Report by NewsroomPlus.com
Last week’s showing of ‘Ever the Land’, at Lighthouse Cinema in Wellington, delivered a fantastic insight into the struggles and triumphs experienced as part of the Living Building Challenge in action here in New Zealand.
The documentary tells the story of the Tuhoe tribe in Te Urewera and the cultural impact they had on the construction of the ‘Living Building’ – a completely sustainable community centre based in the Urewera region for the people of Tuhoe.
The shooting of the film cleverly combined the essence of Tuhoe’s cultural ties to the land with the importance of the ‘Living Building’ concept.
‘Ever the Land’ is a particularly good snapshot of Tuhoe and the wairua of that iwi. Their close spiritual connection to the land is embodied in this documentary and reflected in many of the Tuhoe members’ involvement in the building of the eco-friendly community centre.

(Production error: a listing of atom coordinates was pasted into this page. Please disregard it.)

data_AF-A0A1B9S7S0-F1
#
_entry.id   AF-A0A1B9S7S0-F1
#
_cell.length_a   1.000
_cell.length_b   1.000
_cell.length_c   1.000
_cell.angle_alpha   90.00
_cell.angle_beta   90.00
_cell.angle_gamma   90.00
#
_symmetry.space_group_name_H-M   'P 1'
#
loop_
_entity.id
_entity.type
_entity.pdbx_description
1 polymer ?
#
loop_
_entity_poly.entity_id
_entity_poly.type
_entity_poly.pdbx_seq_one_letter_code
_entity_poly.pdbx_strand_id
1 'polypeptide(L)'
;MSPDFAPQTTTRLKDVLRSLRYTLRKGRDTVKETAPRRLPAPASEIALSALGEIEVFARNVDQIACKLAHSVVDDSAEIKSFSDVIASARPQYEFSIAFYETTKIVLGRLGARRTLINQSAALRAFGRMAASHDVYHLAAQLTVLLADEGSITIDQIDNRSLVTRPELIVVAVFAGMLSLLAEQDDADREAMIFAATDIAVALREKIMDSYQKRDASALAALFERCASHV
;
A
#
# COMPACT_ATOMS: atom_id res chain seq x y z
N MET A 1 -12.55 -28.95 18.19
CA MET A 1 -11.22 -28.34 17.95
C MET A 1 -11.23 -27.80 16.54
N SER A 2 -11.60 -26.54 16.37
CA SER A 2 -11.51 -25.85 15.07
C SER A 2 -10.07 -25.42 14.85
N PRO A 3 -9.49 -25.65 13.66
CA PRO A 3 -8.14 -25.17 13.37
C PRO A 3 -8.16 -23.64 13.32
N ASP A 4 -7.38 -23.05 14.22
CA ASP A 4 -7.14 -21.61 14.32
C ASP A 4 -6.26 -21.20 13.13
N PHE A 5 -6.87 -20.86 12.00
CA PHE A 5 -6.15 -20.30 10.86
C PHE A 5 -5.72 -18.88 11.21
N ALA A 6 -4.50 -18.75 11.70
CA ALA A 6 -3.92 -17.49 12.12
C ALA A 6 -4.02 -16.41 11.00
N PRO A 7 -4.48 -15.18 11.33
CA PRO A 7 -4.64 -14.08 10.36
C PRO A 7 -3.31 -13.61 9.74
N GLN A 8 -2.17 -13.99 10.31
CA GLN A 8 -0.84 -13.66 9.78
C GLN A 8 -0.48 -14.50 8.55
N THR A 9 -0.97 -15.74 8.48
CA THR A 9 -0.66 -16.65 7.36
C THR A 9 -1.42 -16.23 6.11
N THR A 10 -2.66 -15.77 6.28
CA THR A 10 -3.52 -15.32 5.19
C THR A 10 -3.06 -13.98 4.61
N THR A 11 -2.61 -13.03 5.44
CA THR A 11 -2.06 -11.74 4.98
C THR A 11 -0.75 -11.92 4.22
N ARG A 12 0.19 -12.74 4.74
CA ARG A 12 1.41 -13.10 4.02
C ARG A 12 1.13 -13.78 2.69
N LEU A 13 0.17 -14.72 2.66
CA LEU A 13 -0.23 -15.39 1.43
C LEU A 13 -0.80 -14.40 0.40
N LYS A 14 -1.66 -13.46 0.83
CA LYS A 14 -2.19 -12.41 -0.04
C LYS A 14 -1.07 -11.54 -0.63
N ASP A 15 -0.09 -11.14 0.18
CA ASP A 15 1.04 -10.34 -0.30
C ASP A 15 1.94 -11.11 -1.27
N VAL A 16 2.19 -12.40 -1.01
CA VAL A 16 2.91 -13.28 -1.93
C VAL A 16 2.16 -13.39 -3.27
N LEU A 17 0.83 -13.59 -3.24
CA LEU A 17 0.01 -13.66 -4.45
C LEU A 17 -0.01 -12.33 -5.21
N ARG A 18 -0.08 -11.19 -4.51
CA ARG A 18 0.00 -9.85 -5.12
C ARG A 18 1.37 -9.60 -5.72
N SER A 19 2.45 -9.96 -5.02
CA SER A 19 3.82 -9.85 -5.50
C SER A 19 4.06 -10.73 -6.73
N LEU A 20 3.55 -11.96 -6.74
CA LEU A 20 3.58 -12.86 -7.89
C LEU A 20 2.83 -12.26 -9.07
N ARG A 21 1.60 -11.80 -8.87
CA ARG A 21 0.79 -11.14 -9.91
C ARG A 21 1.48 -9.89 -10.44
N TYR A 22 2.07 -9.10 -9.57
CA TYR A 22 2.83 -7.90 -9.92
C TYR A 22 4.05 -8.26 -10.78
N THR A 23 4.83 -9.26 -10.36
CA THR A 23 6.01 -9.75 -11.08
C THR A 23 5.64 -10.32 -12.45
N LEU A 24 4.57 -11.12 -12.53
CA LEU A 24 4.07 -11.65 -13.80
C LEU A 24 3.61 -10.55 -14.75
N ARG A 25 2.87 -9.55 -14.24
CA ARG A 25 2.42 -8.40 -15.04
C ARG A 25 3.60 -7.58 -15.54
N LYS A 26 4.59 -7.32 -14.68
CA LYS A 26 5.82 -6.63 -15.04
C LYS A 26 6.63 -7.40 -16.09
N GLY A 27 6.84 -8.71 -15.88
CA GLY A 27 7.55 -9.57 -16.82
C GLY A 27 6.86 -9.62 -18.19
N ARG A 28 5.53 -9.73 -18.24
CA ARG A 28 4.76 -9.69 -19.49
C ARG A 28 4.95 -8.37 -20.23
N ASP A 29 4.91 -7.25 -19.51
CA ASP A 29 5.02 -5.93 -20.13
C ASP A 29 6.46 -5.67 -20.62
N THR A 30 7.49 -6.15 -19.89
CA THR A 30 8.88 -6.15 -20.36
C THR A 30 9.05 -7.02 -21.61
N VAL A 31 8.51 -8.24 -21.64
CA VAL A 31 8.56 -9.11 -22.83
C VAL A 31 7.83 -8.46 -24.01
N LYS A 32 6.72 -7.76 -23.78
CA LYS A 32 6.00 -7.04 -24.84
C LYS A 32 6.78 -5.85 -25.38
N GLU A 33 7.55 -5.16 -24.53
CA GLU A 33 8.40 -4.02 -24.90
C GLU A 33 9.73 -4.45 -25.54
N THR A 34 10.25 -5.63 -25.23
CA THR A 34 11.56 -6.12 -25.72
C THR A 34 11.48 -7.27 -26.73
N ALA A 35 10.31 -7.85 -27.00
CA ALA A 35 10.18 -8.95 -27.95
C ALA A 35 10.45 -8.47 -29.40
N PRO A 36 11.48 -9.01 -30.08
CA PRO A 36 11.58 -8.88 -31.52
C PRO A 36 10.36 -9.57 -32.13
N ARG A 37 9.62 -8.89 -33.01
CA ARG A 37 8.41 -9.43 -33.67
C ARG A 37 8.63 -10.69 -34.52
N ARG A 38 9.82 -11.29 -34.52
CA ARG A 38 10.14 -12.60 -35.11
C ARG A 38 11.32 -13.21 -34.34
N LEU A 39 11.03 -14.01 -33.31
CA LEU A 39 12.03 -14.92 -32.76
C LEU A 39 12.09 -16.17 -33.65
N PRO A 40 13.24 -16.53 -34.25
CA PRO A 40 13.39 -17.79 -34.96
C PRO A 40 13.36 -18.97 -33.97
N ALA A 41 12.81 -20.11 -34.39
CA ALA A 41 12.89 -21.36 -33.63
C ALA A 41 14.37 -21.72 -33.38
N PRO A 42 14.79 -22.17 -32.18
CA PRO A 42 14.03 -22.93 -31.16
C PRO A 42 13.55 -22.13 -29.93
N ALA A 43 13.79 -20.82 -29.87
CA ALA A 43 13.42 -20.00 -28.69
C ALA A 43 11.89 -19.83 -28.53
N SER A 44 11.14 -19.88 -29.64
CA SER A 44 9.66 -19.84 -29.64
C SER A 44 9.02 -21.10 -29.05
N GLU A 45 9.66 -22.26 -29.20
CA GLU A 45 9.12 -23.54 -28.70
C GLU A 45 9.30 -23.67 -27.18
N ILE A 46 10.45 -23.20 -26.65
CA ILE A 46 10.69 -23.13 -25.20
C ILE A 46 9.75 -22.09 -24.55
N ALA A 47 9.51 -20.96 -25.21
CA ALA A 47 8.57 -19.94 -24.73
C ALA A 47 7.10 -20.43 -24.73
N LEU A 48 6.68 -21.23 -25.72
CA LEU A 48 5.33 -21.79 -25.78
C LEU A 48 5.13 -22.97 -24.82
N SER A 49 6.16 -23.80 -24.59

The building itself was a clever construction which took an abstract approach to modern building discourse. The architects and suppliers had to look outside of the box to ensure they kept within the guidelines of the ‘Living Building Challenge’ requirements. This not only addressed the sustainable conditions of the project, but it also sat well with Tuhoe ideals surrounding the land as a taonga (treasure).
As a bit of a history buff I personally enjoyed the coverage of past injustices being addressed and how settlements and agreements have been made to right these wrongs. As New Zealanders we should be aware of our history and this documentary gave a good steer into that.